Posts Tagged ‘Matty Alou’

Shutting ’em Down in Game 7: Terry’s Redemption

September 29, 2014
Ralph Terry

Ralph Terry

Ralph Terry was never Whitey Ford, but he was a good pitcher for the New York Yankees. In 1960 he was 0-1 when he was brought into game seven of the 1960 World Series. There were two outs in the bottom of the eighth and he got out of the inning. Then he made two pitches in the ninth. The second one went over the fence in left field to make Pittsburgh world champs. In 1961, the Yankees won the World Series, losing only one game to Cincinnati. The losing pitcher in that one game? You guessed it, Ralph Terry. In 1962 the Yanks were back in the Series, this time against San Francisco. By game seven Terry was 1-1 and was tasked with winning the final game.

It was Ralph Houk’s second New York pennant winner. He’d taken over as manager from Casey Stengel after the 1960 loss and kept the Yankees winning. It was a very different team from the great 1950s New York squads. Moose Skowron was at first, while Bobby Richardson and Tony Kubek covered the center of the diamond and slick fielding Clete Boyer held third. Newcomer Tom Tresh was in left field and one year removed from their great home run race Mickey Mantle and Roger Maris were the other two outfielders. Yogi Berra was relegated to the bench while Elston Howard did most of the catching.

He caught an aging pitching staff. Five pitchers, including Ford and closer Marshall Bridges were over 30. Terry was the ace that season going 23-12, and was only 26. Bill Stafford and Jim Bouton were both kids.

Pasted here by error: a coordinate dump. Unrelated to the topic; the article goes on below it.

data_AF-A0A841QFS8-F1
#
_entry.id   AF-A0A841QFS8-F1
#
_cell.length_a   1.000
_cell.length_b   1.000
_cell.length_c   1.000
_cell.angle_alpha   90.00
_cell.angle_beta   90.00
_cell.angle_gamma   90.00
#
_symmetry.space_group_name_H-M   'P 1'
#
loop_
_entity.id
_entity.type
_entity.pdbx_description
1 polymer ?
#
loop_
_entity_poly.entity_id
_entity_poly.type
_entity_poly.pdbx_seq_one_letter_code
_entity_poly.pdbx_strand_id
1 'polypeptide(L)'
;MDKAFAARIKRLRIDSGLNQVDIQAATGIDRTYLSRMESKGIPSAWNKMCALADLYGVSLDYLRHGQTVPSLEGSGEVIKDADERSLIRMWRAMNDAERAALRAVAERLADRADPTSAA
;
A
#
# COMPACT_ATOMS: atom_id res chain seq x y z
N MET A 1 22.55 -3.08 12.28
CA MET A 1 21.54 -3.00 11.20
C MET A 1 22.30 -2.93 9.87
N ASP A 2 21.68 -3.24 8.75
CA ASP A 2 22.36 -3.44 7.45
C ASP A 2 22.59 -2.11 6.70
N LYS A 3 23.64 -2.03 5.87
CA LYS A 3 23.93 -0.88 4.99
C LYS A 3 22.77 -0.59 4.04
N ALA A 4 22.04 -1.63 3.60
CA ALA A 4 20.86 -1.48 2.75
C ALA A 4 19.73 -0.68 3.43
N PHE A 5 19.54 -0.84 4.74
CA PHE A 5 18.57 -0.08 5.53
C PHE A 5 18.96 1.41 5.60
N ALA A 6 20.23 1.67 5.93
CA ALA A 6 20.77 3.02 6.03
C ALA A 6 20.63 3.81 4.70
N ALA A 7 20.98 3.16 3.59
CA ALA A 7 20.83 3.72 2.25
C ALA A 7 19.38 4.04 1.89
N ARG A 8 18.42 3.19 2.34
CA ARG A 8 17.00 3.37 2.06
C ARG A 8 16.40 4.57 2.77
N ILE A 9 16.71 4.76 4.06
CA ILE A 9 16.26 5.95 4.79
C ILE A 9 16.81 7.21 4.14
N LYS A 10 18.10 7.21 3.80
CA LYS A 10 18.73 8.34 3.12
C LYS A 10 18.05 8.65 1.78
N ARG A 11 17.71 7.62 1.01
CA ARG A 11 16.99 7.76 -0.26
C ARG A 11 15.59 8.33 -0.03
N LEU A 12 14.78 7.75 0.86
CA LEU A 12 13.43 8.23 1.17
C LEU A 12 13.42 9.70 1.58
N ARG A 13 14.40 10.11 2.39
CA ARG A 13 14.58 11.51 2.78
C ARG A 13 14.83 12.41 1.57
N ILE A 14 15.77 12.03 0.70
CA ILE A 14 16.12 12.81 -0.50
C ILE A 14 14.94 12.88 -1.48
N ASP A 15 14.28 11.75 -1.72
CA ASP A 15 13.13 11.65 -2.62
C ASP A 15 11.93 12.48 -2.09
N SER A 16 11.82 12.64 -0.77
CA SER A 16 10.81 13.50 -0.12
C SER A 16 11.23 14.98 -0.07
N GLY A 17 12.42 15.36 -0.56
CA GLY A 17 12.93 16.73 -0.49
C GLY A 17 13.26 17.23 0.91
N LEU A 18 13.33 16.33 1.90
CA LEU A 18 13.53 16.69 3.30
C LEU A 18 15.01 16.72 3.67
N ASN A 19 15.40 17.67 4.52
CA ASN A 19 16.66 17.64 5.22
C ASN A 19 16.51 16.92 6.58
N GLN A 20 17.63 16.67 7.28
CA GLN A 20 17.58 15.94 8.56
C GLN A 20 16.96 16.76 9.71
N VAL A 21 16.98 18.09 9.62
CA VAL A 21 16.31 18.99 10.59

After six games and a five-day rain delay, the two teams were tied three-three with the final game in San Francisco. Terry had lost game two, but won game five. The long rain delay allowed him to pitch game seven.

He faced a formidable Giants lineup. Orlando Cepeda was at first, Chuck Hiller at second, Jose Pagan at short, and Jim Davenport at third. The outfield consisted of Felipe Alou, Willie McCovey, and Willie Mays. Harvey Kuenn, Matty Alou, and Manny Mota were available off the bench.

Tom Haller caught a staff of Jack Sanford, who came in second to Don Drysdale in the Cy Young Award voting, Juan Marichal, and lefties Billy O’Dell and Billy Pierce. Sanford, like Terry, was 1-1 in Series play and was tabbed for game seven.

Sanford walked a man in the first but got out of it on a fly out by Mantle. In the top of the third the Yanks put two men on, but again Sanford got out of it, this time on a grounder to second. By the top of the fifth, Terry still hadn’t given up a hit and New York finally found a run. Consecutive singles put men on first and third, then a walk loaded the bases. Kubek then rolled one out to short and Skowron scored as the Giants opted to complete a double play.

In the sixth, Terry finally gave up a hit, but no run. With two outs in the seventh, McCovey tripled, but died at third when Cepeda struck out. With the bases loaded in the eighth, Billy O’Dell relieved Sanford. A force at home and a double play later, the Yanks were still ahead 1-0. Consecutive ground outs and a strikeout brought the Giants to their last three outs. On a bunt single, Matty Alou made first. Then Terry struck out both Felipe Alou and Hiller. Mays doubled sending Matty Alou to third and bringing up McCovey. “Stretch” smoked a liner that Richardson snagged to end the inning, the game, and the Series.

For both teams it was something like an ending. The Giants despite good hitting and decent pitching couldn’t get passed the Dodgers and Cardinals and didn’t get back to a World Series until the 1980s. The Yankees won the next two American League pennants, but they, like the Giants, couldn’t get passed the Dodgers and Cardinals before things collapsed in 1965. They would wait until 1976 to make it back to a World Series.